What was your favorite memory in the at Trimble Tech (not Drama related)?

I would probably say the time that I went to the Homecoming game senior year. The Theatre Department (yes, it’s kind of Drama related but hear me out) set up a station in the tailgate area where we were doing face-painting. We would paint green paw prints or full bulldog faces. Ultimately, I ended up watching the game with all my friends, and all the seniors were sitting together in the same section so it was a great class of 2014 moment. At some point in the evening, we took a picture of all of us who had come to Tech from J.P. Elder, and it was quite a few of us. It’s a really great picture, and it kind of shows our journey together. Even if we weren’t right by each other every step of the way, in a way we went through this together and saw it through to the end since we were at our senior year and so close to the finish line. I still talk to some of the people in that photo to this day on a regular basis. They’ve truly become lifelong friends.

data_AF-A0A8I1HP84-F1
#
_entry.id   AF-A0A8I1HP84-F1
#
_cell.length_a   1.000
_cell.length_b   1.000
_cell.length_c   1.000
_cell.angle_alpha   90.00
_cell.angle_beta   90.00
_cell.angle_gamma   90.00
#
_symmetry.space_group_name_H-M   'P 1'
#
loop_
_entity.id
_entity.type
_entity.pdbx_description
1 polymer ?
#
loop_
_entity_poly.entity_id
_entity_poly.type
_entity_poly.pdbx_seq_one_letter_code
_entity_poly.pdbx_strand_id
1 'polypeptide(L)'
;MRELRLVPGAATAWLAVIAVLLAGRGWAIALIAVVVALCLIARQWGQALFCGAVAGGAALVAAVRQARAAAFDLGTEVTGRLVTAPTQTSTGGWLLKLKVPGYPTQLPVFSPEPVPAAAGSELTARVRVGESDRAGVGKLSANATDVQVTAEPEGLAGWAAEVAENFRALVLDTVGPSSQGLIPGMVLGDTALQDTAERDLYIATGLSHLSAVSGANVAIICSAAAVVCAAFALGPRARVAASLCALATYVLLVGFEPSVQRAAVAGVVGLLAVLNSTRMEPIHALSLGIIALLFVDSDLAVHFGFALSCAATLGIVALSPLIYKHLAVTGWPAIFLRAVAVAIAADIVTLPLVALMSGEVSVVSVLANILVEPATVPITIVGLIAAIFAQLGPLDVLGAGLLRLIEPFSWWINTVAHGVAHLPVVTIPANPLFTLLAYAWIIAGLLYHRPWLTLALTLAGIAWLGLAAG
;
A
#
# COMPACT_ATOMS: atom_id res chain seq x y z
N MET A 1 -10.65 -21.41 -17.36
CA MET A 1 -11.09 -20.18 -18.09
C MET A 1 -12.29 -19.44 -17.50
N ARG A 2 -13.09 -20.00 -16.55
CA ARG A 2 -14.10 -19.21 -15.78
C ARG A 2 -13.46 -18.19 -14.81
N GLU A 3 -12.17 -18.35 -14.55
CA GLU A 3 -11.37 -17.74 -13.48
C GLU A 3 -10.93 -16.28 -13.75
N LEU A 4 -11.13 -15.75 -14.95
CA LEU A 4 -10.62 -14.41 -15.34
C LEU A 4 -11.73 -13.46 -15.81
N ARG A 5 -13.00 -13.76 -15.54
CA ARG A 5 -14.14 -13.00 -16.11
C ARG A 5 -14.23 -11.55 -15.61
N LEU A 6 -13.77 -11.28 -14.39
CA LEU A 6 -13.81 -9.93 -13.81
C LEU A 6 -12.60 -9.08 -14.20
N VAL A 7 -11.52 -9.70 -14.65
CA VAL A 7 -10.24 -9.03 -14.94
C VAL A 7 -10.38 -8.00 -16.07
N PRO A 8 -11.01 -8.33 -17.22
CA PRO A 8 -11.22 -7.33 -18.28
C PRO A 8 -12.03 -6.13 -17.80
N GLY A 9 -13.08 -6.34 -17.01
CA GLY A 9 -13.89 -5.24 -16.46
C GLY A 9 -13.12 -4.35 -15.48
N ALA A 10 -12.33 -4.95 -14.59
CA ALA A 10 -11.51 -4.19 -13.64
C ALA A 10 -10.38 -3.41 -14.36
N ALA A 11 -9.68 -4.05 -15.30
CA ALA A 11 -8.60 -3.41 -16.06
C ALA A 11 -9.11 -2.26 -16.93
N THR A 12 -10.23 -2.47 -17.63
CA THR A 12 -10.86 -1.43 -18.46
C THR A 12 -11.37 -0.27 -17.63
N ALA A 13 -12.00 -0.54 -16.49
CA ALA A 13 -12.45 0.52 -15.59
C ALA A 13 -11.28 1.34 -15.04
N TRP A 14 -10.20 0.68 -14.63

Where you involved in any club, athletic teams?

I was briefly involved in the rugby club the first semester of my freshman year. However, theatre definitely took over my life and I wasn’t able to participate in rugby much after that first semester. I still watch matches whenever they’re in a reasonable time zone (since most tend to happen in Australia or New Zealand), and I’ve seen the U.S. play Italy in Houston. It’s an interest that I try to keep up with when possible. I also briefly participated in UIL Number Sense because I was a math nerd (but nowhere near as smart as some of my peers). As an electrician, numbers are something I constantly work with, so I can have whole conversations purely about numbers with my peers.